Newspaper Page Text
THE TIMES: JUNE 12, 1918
SHORE HADDOCK Ib
TRESH CAUGHT AF
NATIVE FLOUNDERS ...3 lbs. fcOOl
: 1 ii, mb- in. him ii ii inni 'i i I MLiiiiiiuniiuijiijmiii.iJuiiii '
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Hnlted States Fooi Administration Tcense Nnmhw G-08585 B-9118.
BOSTON BLUE FISH
CODFISH STEAK .Ib
GREEN MACKEREL lb
BUTTER FISH .Ib
SALMON STEAK ...... .'.lb
LONG CLAMS ....qt.
STEAMING CLAMS ..qt.
BREAK THE FRENCH
IS A GOi.lPLETE FAILURE
(Continued from Page One)
the channel ports. Only raiding operations are reported by the
British war office.
diversion preparatory to a greater
Mow farther north. The Germans, It
is held there, have made all the gains
between Montdidier and Noyon that
Head of Nurses' Association
Scores Statements As
HARBOR MURDER IS
STILL MYSTERY TO
(Continued From Page One)
.doctor to know It there had been an
operation or not.
It Is also thought that the ease may
' be another like that of Dorothy Ar
! nold, and that the relatives of the
murdered woman are loath to make
; public the fact that she disappeared
While the officials investigating the
case are deluged with theories from
every source imaginable none are
overlooked, and every possible clue
, is worked out to the very end. Cap
tain Cronan is keenly Interested in
the case personally and has taken en-'
i tire charge of the active work in
i connection with it. When speaking
of the matter today he claimed that
! it was the case which seemed the
. hardest and most baffling at the start
i which were the easiest to solve in the
TODAY'S FIGHT 1
G.O. P. PRIMARIES
The Republican primaries are to be
held this evening and Frank B. Bal
i lard, acting chairman of the Reptrb
' Ucan town committee, has selected
Saturday evening, June 15, as the
date on which the Republican city
convention will be held at Republican
headquarters on Fairfield avenne at
8:15 o'clock. At this time delegates
will be appointed to attend the state,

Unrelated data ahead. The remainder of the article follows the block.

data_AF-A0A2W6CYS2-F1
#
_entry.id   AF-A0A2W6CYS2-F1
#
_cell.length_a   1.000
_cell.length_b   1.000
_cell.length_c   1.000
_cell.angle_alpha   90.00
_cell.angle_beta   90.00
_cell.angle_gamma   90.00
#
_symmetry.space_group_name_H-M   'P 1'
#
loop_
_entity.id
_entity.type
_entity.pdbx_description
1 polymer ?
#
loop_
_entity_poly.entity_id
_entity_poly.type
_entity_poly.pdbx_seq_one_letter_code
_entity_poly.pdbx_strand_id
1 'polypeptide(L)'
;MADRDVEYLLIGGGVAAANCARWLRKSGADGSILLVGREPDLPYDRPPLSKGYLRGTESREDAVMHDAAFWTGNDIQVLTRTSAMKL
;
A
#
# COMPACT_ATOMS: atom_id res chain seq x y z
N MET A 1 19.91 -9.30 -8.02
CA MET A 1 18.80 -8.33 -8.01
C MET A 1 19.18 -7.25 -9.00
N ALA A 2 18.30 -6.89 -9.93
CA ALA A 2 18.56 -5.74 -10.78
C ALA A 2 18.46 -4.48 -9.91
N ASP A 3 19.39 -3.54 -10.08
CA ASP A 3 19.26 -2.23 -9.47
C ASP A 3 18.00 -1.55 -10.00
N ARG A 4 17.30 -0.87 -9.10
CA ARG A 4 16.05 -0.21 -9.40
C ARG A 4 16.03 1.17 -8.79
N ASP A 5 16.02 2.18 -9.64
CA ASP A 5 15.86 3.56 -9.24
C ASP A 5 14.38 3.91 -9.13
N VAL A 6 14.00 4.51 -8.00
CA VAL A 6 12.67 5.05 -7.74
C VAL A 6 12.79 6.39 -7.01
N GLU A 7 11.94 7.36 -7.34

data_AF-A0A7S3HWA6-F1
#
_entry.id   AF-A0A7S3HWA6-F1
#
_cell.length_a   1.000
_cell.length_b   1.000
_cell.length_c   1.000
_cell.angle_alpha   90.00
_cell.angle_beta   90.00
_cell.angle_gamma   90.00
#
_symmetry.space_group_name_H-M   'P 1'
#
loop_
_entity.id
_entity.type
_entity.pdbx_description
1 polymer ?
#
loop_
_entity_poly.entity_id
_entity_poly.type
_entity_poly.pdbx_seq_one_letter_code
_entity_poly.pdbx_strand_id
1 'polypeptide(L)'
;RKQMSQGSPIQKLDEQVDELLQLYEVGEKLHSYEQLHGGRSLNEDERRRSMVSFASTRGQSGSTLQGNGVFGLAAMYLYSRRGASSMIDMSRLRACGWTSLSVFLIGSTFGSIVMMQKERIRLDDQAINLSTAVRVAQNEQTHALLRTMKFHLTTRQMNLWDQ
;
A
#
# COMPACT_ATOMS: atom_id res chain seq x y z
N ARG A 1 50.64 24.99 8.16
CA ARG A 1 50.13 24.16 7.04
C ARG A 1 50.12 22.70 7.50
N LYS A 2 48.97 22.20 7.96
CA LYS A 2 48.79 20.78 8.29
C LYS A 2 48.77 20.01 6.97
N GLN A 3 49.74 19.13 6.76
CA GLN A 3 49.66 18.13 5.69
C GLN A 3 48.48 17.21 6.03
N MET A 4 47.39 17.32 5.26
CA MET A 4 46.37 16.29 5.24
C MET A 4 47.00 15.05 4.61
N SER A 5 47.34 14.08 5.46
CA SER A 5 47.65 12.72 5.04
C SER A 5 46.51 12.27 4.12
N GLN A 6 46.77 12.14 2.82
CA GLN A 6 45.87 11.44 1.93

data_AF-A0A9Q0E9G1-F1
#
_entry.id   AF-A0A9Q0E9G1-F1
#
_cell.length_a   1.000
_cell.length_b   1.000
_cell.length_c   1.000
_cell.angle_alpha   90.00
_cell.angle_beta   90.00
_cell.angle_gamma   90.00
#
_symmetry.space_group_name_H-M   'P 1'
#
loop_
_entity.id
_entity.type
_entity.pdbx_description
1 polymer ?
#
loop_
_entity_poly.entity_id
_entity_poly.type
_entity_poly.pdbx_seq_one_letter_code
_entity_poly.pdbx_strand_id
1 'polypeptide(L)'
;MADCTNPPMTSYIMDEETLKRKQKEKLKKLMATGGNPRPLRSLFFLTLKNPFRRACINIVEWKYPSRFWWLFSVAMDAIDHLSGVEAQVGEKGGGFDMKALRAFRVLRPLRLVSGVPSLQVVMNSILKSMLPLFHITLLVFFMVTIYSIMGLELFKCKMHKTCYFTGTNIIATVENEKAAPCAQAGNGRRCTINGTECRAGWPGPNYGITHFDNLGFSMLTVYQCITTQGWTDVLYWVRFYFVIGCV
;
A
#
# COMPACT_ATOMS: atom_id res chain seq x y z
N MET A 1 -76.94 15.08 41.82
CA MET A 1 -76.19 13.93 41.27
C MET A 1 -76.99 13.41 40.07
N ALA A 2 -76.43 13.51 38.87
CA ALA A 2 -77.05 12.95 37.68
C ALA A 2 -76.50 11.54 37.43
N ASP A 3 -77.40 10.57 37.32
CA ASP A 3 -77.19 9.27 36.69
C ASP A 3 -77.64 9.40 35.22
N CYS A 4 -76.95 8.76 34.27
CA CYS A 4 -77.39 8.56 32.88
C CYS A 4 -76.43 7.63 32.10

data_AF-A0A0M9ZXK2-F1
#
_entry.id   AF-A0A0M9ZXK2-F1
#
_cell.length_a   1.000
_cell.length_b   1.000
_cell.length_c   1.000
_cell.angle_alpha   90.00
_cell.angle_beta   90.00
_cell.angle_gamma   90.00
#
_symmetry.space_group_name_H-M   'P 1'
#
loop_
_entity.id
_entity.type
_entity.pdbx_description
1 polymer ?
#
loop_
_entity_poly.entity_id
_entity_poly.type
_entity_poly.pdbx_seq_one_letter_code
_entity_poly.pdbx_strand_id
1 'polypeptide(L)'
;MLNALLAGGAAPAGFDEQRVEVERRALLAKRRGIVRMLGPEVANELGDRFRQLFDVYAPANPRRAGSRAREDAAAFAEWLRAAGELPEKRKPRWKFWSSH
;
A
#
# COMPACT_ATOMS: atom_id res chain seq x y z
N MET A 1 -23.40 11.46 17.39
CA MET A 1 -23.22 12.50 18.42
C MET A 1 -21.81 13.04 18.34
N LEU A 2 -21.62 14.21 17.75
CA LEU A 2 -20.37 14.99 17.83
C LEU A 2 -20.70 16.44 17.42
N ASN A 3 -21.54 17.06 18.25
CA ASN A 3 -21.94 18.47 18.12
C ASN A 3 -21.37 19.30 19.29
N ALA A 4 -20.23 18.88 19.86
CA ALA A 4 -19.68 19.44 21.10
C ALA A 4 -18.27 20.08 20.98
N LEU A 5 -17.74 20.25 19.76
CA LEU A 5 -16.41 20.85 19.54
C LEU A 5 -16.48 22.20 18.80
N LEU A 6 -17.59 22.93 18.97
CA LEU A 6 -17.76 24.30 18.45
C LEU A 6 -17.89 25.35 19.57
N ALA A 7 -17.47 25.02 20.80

county and congressional conventions.
" HEAR ARGUMENTS
IN BUECHLER CASE
Jndge Donald Warner frtttlng m the
Superior court this morning heard
arguments of counsel In. the case of
Max J. Bueehler against the City of
.Bridgeport. The plaintiff is seeking
,to recover damages greater than those
first awarded him by the city with
respect to a building line which took
off eight feet of his property, situat
ed on Charles street.
He contended that although his
building was erected, after the build
ing line was established that the loss
of the eight feet serionsly interfered
with the plans that ho had forced
in his mind regarding the erection of
an apartment house. City Attorney
Comley represented the City of
Bridgeport and Cullman & Cullinan,
(Continued from Page One.)
bear the interpretation that the Ger
man high command considers that the
objects of its latest offensive already
have been attained and that now that
the French are maknig successful
counter attacks the thrust will not be
The great question to military
critics here is whether Gen. Luden
dorffs plans yet are fully revealed
and if the foregoing interpretation is
correct it would bear out the view
held by many military experts that
the greatest stroke of the Central
powers on the western front is still
The theory advanced by these
critics is that the big offensives of
March 21 and May 27 both developed
successes far surpassing the expecta
tion of the German command and
were developed much farther than
originally intended, and that the
smaller offensives of April 9 on the
Ypres front and the present thrust on
the Noyon-Montdldier front were en
gaged in as diversions to keep the
Franco-British forces engaged and to
prevent them from making counter
offensives, while the Germans were re
storing and consolidating their lines,
repairing the confusion and disorder
produced by the unexpected depth of
their advances and completing pre
parations for their main blow.
The opinion is advanced that it will
not be long before the heaviest attack